Juneteeth Choral Celebration

Don’t miss our second annual JUNETEENTH choral celebration, led once again by the wonderful Candace Y. Johnson. If you attended her Spirituals workshop last year, you’ll remember what a joyous occasion it was to sing Moses Hogan’s arrangement of Deep River on the first Juneteenth federal holiday. This June 19, Candace will lead us in singing a new work by Roland Carter, the esteemed choral composer and conductor whose arrangement of Lift Every Voice and Sing has become the iconic version of the Black national anthem.

Carter’s new work Make Some Noise, Get in Trouble honors the great civil rights leader John Lewis who admonished us to get in “good trouble, necessary trouble.” The piece draws its text from Congressman Lewis’s speeches.

It’s a first for AMN: we’re very excited to be part of a commissioning project to perform a new work. And in this case, it’s a project that’s totally aligned with AMN’s values of community participation, amateur music-making, and honoring our diverse American musical heritage. This exciting project was coordinated by the national choral advocacy organization Chorus America.

In a recent conversation over Zoom, Candace and Roland met with AMN founder Lolly Lewis to discuss the piece and the upcoming workshop. Candace noted that she heard a particularly fluid, almost river-like character in one of the sections of the music. Roland noted that yes, in fact he referenced the Spiritual Wade in the Water in that section. “I always like to quote a Spiritual if I can. One that has meaning, not just any Spiritual, but it has to reflect the text and it becomes an important part of what I do,” he explained. “Doing art songs – and I call my solo Spirituals art songs because I like the play of the piano with the voice – is all about the interpretation of the words.”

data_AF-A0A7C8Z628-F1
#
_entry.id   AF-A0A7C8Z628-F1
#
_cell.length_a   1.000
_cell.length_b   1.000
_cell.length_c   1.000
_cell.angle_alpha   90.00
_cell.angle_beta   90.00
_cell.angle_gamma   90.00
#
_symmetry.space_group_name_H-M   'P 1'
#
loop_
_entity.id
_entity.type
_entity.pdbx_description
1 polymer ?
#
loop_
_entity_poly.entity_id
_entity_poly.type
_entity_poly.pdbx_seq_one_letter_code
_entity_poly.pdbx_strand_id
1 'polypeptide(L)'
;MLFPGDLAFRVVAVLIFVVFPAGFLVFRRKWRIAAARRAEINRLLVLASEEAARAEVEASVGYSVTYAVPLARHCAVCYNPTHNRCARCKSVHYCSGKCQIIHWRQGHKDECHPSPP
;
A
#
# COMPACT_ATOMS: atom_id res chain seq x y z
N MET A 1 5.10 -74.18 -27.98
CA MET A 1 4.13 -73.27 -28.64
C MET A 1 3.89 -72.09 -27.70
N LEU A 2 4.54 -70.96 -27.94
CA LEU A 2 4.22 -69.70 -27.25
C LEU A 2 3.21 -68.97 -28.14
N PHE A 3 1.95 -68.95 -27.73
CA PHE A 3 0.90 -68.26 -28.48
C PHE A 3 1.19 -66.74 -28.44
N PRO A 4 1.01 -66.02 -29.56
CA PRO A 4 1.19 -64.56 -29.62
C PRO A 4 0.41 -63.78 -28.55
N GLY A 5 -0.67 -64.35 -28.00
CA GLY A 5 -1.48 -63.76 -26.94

Listen to Candace and Roland’s discussion about the music and how to interpret the details of this new piece that incorporates traditional choral singing with elements of gospel and even hip-hop! And then join us on June 19 to lift our voices in a Juneteenth celebration of America.

Make Some Noise, Get in Trouble!

Categories
Community Talking about Music

Celebrating 50 years with Blue Bear

We were just doing this while we were waiting for the band to get famous,” says Steve Savage, who founded the Blue Bear Waltzes School of Music in 1971 with friend Steve Strauss and their colleagues in the rock band Wolfgang and Strauss. And now, 50 years and 40,000 students later, Blue Bear School of Music is a San Francisco institution.

A percussionist, recording engineer/producer, and musicologist, Steve is an avid student of how the very technology that has advanced our access to hearing music – recorded performance – has pushed active music-making to the sidelines. Before the ubiquity of recorded music, for most people music was something you DID, not just listened to. Recordings could be edited to achieve an artificial sense of perfection, making music more intimidating for amateurs to attempt. And over time, that division between being a musician and being a listener has widened dramatically.

With his own roots in rock, Savage sees playing in a band as a natural, welcoming path for amateur musicians. Blue Bear supports everyone who want to learn to play and sing for the joy of it, whatever their skill level or past experience.

Amateur Music Network loves this, of course, and we salute Blue Bear School of Music and wish them another successful 50 years – and many more!

Watch the whole interview with Steve and AMN founder Lolly Lewis in this video.

Blue Bear Executive Director Steve Savage, Ph.D., a Blue Bear founder and current President of the Board of Trustees, is an active producer and recording engineer and has been the primary engineer on seven records that received GRAMMY nominations, including CDs for Robert Cray, John Hammond, The Gospel Hummingbirds and Elvin Bishop.  He is former Chapter President and National Trustee of the San Francisco Chapter of the Recording Academy and teaches in the Humanities Department at San Francisco State University.  Steve has a Ph.D. in musicology from The University of London and has three recently published books: Mixing and Mastering in the Box from Oxford University Press, The Art of Digital Audio Recording from Oxford University Press, and Bytes & Backbeats: Repurposing Music in the Digital Age from The University of Michigan Press.  Steve also sits on the board of Spirit Series, which is a drama-based character education curriculum that brings inspirational biographies to life.  More at stevesavage.net.